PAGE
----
It wasn’t that long ago that videoconferencing was a concept best left for risk-takers like Dick Tracy and Batman, but two new Logitech webcams, the $200 TV Cam HD and the $250 BCC950 Conference Cam, are good examples of how high-quality videoconferencing has gone mainstream.
While the TV Cam HD is aimed at home use and works only with Skype and the BCC950 Teleconferencing Cam is meant for business use with Skype and many other applications, both of these remote-controlled units are easy to set up and offer business-quality audio and video.
Unlike most webcams, the Logitech TV Cam HD doesn’t require a computer—just an HDTV with an HDMI port, a Wi-Fi or Ethernet Internet connection and AC power. Skype videoconferencing software is built in and updates automatically. Setting up the 720p HD webcam is painless: Once Internet and HDMI connections have been established, the unit searches for a more recent version of Skype and downloads it if necessary.
Entering a Skype user name and password using the remote control and on-screen keyboard is slow, but the procedure has to be done only once. The TV Cam HD has a 2X digital zoom as well as digital pan and tilt, all of which can be controlled with the remote control. Four unidirectional microphones ensure that users can be heard clearly whether they are in front of or off to the sides of the TV. The TV Cam HD uses the TV for audio output but an internal speaker allows it to ring whether the TV is on or off—as long as it has an Internet link.
During a test, the TV Cam HD came to life quickly and provided a remarkably bright and sharp image in a dimly lit room. Keep in mind, however, that since the unit isn’t linked to a computer, you’re limited to the contacts that you’ve saved within Skype—it can’t access the computer’s contact lists or lift contacts from Facebook.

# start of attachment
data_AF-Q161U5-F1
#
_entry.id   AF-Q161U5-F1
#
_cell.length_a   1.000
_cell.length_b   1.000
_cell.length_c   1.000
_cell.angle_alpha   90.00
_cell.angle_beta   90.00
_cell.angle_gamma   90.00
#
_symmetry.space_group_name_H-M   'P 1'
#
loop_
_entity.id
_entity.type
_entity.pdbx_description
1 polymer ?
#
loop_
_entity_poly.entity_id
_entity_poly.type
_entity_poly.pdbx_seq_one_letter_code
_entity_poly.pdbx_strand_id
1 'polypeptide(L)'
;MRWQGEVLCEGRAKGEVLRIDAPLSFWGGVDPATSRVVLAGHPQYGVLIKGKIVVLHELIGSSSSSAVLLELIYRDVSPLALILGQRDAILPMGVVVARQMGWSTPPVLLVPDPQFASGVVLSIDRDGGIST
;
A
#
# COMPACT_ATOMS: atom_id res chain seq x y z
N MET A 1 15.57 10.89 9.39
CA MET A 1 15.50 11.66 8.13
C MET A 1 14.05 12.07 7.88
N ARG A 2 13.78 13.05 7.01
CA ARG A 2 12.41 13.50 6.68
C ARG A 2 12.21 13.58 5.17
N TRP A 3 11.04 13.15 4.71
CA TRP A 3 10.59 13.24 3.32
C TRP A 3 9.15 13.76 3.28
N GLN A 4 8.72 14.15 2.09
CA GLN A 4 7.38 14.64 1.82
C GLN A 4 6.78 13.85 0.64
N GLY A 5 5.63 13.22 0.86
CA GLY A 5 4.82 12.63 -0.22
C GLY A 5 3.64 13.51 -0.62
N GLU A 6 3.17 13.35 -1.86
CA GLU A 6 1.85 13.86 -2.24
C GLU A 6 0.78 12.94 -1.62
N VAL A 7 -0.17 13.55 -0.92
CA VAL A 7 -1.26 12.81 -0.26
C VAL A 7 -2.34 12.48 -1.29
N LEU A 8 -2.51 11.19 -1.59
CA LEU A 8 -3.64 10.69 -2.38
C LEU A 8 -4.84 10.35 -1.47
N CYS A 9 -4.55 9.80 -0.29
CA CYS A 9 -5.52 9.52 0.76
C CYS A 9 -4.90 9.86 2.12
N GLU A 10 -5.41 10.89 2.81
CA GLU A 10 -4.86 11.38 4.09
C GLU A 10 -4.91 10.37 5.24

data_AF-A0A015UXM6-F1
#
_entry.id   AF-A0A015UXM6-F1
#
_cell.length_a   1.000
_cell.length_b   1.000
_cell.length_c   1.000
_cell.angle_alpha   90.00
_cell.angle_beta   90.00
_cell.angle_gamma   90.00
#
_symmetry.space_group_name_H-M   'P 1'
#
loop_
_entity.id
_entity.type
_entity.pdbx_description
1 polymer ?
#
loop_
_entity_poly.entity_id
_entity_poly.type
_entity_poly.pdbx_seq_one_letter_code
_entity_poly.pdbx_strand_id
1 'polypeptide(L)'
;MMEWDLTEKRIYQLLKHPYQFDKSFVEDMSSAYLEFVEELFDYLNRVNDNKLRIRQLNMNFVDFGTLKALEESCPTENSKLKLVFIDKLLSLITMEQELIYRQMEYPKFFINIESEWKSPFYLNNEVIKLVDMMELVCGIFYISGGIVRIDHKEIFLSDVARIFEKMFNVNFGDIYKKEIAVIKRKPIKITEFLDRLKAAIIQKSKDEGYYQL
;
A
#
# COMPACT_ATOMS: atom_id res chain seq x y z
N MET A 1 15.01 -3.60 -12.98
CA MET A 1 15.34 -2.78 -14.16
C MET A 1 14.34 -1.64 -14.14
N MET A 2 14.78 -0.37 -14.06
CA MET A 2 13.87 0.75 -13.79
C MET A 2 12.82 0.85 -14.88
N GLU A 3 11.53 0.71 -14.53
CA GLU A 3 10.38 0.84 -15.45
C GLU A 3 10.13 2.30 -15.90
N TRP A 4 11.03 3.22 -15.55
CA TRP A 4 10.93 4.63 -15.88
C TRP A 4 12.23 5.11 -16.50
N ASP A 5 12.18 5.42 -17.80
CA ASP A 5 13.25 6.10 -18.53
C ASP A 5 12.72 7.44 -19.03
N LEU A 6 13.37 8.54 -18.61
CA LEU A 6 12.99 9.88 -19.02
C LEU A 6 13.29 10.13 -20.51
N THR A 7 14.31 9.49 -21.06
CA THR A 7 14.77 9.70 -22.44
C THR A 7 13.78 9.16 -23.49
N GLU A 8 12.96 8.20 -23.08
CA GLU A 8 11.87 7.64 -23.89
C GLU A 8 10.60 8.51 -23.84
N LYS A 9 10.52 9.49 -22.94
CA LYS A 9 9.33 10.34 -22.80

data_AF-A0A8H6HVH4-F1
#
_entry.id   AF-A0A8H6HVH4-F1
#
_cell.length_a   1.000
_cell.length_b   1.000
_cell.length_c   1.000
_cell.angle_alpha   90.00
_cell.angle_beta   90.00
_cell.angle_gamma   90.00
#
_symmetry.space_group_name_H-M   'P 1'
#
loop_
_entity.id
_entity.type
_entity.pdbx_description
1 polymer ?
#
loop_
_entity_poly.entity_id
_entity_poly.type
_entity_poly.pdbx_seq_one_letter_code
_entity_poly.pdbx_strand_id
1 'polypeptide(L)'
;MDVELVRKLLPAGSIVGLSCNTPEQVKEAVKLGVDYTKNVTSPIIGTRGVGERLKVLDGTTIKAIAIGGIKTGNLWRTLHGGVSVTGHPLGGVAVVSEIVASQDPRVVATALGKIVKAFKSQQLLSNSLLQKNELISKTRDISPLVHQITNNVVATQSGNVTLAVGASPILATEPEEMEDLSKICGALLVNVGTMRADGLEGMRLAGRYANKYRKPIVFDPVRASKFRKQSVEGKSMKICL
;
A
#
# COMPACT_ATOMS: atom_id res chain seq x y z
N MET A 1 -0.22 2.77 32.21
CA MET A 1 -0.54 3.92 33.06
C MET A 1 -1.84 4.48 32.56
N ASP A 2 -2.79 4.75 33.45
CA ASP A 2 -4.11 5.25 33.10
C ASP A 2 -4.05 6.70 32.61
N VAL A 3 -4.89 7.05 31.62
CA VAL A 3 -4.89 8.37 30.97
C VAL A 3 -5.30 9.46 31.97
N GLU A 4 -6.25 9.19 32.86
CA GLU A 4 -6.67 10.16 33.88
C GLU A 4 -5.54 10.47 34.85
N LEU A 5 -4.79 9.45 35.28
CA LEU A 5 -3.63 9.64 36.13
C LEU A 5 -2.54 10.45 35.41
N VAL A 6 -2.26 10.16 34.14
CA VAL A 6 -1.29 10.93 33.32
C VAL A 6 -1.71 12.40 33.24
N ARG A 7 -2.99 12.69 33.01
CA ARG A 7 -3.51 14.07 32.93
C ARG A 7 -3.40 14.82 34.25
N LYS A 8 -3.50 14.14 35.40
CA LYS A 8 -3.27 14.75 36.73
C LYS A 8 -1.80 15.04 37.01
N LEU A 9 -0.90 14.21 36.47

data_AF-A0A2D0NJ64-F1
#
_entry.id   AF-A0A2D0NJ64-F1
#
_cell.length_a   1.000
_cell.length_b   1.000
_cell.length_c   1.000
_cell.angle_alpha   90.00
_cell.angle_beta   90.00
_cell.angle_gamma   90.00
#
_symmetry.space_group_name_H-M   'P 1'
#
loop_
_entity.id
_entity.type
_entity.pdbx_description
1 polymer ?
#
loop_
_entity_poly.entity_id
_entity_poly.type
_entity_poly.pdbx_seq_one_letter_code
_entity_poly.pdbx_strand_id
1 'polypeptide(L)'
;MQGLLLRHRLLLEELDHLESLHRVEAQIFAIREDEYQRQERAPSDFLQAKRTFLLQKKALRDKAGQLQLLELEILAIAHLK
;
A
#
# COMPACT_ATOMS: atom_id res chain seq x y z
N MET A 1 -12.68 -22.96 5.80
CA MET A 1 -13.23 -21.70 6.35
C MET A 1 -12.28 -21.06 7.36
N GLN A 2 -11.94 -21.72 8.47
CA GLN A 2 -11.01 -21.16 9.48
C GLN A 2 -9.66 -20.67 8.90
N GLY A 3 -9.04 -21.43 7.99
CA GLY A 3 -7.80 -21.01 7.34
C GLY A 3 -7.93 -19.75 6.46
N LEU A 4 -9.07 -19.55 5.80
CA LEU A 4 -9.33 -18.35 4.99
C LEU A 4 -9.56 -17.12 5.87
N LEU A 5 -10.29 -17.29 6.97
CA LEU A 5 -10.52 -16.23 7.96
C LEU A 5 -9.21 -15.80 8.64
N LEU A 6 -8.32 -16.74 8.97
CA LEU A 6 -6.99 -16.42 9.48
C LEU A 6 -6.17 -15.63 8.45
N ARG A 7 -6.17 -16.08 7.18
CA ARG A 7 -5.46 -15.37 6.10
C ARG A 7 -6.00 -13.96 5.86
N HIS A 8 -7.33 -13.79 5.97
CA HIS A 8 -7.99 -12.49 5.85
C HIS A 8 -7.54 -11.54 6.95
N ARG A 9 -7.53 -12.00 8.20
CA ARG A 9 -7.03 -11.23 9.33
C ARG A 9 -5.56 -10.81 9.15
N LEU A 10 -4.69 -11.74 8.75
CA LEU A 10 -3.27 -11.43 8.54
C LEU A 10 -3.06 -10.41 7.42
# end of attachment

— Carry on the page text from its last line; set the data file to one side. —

The odd-looking BCC950 Conferencing Cam provides 1080p HD video resolution at 30 frames per second (fps) and has UVC (USB video class) support, which means it can be used with a wide range of teleconferencing solutions without additional driver software. The webcam’s lens has a fairly wide 78-degree field of view and can be used with a short pedestal, which allows it to see above the laptops on a conference table, or seated in its base, which includes a speakerphone.
Outgoing H.264-standard video encoding is performed by a processor inside the BCC950 Conferencing Cam instead of by a computer’s CPU, which means users can perform other computer tasks without degrading the quality of outgoing video and audio, said Eric Kintz, senior vice president and general manager for the Logitech for Business division.
The BCC950 Conferencing Cam has microphones on all sides so that everyone around a conference table can be heard. Unlike the TV Cam HD, which has digital zoom, pan and tilt, the BCC950 Conferencing Cam offers motorized 180-degree pan and 55-degree tilt as well as zoom; all of which can be controlled with the remote control. When tested, the unit panned and zoomed smoothly and the video was clear and bright.
The unit connects with Windows or Mac computers via a USB cable and can be powered with an AC adapter or with a second USB cable, thus making it a viable portable videoconferencing solution for airport conferences, distance learning or remote medical-diagnosis situations, said Kintz.
While the TV Cam HD is clearly meant for home use in the living room and the BCC950 Conferencing Cam is a business-class unit, both have drifted a little into each other’s market, added Kintz. Thus, the right unit for you depends on how you teleconference. Both units are available now.